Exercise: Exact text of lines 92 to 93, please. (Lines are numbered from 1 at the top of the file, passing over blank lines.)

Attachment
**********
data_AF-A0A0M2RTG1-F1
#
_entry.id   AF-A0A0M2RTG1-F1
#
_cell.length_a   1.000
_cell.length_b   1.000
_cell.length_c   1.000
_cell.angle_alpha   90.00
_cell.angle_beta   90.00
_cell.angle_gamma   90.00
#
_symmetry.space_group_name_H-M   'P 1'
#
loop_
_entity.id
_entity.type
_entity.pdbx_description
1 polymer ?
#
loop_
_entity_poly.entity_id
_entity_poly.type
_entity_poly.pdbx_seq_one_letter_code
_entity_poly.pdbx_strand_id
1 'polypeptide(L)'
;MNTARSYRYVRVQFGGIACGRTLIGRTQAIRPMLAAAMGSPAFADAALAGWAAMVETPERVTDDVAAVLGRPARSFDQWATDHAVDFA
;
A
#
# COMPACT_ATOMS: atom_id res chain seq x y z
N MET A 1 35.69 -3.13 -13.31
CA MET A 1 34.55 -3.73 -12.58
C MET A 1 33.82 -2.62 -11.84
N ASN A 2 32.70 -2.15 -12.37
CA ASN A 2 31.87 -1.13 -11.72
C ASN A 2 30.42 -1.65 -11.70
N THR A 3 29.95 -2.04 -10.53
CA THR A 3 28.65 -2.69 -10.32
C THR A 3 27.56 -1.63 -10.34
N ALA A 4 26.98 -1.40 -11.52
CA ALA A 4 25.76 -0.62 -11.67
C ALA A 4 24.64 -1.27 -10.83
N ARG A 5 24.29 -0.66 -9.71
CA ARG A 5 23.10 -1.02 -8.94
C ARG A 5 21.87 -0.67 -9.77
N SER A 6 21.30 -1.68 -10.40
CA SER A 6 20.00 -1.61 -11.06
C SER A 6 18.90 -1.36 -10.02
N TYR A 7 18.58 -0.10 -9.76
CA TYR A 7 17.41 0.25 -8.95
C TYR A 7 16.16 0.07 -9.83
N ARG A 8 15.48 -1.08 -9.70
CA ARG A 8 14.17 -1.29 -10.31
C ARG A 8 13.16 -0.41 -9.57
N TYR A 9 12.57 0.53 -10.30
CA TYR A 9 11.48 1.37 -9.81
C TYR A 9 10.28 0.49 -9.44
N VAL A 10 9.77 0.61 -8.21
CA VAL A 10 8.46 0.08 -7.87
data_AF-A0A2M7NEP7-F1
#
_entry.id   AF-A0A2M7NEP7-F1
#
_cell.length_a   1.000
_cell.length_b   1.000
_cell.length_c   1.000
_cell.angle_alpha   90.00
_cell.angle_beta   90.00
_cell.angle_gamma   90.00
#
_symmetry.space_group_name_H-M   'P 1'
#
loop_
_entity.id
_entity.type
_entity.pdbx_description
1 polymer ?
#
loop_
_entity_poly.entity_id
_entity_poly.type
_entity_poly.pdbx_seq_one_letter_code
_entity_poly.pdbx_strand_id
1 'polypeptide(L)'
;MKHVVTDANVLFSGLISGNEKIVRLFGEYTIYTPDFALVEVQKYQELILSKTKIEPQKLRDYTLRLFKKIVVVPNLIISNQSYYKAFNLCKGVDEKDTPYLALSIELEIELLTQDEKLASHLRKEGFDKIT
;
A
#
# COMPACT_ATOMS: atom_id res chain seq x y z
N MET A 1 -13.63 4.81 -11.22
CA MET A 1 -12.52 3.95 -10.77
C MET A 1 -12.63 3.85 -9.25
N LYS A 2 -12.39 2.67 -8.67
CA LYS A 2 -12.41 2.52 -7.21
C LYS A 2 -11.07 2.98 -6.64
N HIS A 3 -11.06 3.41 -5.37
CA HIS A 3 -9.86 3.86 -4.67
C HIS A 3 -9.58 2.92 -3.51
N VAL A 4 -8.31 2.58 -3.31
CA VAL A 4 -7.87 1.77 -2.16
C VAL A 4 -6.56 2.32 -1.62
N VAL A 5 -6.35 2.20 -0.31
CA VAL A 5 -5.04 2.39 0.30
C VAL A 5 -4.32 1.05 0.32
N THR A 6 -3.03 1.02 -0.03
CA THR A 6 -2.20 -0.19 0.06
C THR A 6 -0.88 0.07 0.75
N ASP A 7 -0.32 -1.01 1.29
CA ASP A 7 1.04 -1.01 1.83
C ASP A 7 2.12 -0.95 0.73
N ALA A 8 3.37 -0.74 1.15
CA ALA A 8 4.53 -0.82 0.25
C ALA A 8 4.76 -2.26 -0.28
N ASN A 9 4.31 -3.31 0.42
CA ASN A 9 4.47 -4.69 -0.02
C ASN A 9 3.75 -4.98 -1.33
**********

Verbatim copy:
C MET A 1 -12.63 3.85 -9.25
N LYS A 2 -12.39 2.67 -8.67